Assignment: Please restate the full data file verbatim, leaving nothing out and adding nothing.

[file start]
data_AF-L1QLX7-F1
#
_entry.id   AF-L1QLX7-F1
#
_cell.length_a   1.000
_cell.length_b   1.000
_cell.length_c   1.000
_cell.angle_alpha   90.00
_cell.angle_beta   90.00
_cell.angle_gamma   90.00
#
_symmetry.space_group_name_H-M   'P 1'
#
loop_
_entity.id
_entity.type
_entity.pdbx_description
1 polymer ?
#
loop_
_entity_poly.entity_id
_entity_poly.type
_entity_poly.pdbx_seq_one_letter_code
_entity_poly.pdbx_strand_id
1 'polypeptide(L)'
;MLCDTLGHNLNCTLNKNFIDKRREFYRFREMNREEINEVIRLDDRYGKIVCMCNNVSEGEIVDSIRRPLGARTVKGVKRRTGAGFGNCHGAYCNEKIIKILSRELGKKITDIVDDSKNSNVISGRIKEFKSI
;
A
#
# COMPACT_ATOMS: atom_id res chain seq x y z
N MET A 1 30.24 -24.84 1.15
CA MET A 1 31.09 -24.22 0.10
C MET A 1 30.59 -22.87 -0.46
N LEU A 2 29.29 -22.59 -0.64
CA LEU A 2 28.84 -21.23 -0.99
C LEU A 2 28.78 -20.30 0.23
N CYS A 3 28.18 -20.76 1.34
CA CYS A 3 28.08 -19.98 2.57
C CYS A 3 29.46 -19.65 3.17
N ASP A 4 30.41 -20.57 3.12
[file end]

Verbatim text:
data_AF-L1QLX7-F1
#
_entry.id   AF-L1QLX7-F1
#
_cell.length_a   1.000
_cell.length_b   1.000
_cell.length_c   1.000
_cell.angle_alpha   90.00
_cell.angle_beta   90.00
_cell.angle_gamma   90.00
#
_symmetry.space_group_name_H-M   'P 1'
#
loop_
_entity.id
_entity.type
_entity.pdbx_description
1 polymer ?
#
loop_
_entity_poly.entity_id
_entity_poly.type
_entity_poly.pdbx_seq_one_letter_code
_entity_poly.pdbx_strand_id
1 'polypeptide(L)'
;MLCDTLGHNLNCTLNKNFIDKRREFYRFREMNREEINEVIRLDDRYGKIVCMCNNVSEGEIVDSIRRPLGARTVKGVKRRTGAGFGNCHGAYCNEKIIKILSRELGKKITDIVDDSKNSNVISGRIKEFKSI
;
A
#
# COMPACT_ATOMS: atom_id res chain seq x y z
N MET A 1 30.24 -24.84 1.15
CA MET A 1 31.09 -24.22 0.10
C MET A 1 30.59 -22.87 -0.46
N LEU A 2 29.29 -22.59 -0.64
CA LEU A 2 28.84 -21.23 -0.99
C LEU A 2 28.78 -20.30 0.23
N CYS A 3 28.18 -20.76 1.34
CA CYS A 3 28.08 -19.98 2.57
C CYS A 3 29.46 -19.65 3.17
N ASP A 4 30.41 -20.57 3.12